Interferon induction of gene transcription analyzed by in vivo footprinting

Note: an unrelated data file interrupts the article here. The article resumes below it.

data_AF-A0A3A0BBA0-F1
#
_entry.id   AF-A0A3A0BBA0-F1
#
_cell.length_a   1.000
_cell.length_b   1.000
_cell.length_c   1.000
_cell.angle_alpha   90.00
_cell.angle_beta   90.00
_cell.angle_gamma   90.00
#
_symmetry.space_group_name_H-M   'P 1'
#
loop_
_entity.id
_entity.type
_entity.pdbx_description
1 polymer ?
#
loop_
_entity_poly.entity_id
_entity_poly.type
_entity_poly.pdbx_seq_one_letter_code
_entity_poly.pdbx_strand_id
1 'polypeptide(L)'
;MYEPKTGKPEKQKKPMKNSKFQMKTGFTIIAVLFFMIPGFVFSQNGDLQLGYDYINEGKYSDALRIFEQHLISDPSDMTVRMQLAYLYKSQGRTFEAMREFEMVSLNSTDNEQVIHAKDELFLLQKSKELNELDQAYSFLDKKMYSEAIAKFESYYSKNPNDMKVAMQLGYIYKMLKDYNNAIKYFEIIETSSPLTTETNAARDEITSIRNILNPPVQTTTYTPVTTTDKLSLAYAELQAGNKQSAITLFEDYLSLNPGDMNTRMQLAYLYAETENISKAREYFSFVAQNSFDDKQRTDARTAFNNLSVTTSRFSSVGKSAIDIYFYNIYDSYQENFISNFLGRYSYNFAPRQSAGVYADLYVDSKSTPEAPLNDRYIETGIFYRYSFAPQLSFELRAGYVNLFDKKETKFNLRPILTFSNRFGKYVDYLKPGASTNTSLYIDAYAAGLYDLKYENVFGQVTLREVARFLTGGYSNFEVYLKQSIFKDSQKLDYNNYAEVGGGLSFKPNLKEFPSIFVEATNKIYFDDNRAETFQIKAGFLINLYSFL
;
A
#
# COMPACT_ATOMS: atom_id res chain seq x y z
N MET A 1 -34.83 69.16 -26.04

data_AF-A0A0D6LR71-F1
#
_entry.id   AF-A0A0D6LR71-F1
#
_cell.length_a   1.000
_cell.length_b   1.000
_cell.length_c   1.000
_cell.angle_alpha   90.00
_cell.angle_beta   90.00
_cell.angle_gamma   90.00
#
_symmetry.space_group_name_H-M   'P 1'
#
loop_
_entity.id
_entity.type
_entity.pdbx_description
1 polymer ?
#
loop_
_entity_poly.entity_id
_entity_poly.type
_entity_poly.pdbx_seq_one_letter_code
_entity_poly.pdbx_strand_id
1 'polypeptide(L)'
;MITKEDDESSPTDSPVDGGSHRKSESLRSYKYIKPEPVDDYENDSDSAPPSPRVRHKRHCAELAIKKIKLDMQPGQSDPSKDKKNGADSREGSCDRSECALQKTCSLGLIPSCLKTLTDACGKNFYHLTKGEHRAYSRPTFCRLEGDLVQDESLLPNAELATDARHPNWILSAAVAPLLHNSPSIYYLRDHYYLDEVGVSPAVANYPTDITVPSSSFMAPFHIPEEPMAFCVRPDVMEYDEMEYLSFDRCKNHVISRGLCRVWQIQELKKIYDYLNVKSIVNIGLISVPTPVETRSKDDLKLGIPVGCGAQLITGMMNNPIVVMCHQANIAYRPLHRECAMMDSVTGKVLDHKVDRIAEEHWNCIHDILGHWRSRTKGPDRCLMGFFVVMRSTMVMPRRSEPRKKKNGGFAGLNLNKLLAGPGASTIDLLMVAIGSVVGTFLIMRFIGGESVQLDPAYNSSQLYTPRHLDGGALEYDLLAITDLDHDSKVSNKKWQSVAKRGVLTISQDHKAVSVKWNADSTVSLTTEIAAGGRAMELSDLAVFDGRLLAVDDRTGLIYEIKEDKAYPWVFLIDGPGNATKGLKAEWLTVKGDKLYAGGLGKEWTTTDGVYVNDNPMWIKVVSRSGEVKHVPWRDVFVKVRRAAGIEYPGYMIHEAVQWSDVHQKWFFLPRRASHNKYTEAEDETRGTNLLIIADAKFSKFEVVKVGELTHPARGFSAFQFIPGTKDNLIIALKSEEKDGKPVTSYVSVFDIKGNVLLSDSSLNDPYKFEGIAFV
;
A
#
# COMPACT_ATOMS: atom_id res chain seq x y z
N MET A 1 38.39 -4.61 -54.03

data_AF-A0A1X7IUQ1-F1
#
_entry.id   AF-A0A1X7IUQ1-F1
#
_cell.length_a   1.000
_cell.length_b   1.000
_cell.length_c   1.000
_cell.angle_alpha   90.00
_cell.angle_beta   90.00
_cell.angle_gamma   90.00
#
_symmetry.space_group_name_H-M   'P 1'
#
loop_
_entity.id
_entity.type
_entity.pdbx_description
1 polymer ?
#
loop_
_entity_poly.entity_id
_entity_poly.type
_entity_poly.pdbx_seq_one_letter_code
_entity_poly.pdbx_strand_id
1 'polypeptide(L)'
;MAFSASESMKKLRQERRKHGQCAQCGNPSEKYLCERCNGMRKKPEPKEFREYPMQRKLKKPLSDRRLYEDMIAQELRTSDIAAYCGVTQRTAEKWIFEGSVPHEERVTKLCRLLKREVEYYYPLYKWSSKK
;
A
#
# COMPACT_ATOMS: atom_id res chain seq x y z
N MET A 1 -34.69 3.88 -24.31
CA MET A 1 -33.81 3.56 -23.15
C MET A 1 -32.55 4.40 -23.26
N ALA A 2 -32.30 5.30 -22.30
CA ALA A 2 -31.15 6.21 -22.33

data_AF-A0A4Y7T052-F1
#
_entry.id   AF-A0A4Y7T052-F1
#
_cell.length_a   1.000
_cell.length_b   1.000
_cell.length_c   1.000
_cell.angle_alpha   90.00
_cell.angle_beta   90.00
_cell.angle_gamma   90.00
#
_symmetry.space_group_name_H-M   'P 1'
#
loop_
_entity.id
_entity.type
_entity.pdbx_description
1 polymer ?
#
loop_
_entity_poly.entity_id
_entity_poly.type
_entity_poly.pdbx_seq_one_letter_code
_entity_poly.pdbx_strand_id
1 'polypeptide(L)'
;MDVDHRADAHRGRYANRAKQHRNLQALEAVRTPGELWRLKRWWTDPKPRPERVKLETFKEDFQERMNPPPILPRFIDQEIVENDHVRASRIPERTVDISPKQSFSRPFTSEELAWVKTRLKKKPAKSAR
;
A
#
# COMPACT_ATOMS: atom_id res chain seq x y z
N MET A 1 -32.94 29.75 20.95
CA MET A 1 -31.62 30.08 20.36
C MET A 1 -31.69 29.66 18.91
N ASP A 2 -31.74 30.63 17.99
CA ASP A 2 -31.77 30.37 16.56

The promoters of two interferon-induced genes (the ISG54 and guanylate-binding protein (GBP) genes) have been analyzed in whole cells and in isolated nuclei by using a new genomic sequencing technique. The ISG54 gene contains an interferon-simulating response element (ISRE), earlier shown to be necessary and sufficient for alpha interferon (IFN-alpha) induction, that appeared complexed with proteins in both transcribing and nontranscribing cells. However, the extent of protection and hypersensitivity to DNase 1 or dimethyl sulfate within the ISRE region was changed upon transcriptional induction, suggesting the binding of different factors in different transcriptional states. In addition to the ISRE, the GBP gene needs a newly recognized DNA element, called the GAS, that partly overlaps the ISRE for full induction by either IFN-alpha or IFN-gamma. This GAS element was transiently protected against DNase 1 in the nuclei of interferon-treated cells but was not protected at later times wh en transcription reached maximal levels. Thus, the GAS-binding activity may be necessary only transiently for the initial assembly of a transcription initiation complex on the GBP promoter. Dimethyl sulfate methylation of genomic DNA performed on intact cells showed a characteristic sensitivity over the GAS that correlated with transcription levels and that persisted longer than did DNase 1 protection over the GAS. These results demonstrate the involvement of the GAS in IFN-alpha and -gamma induction of GBP and suggest the presence of an altered DNA conformation or a small protein in the major groove of the GAS associated with ongoing GBP transcription.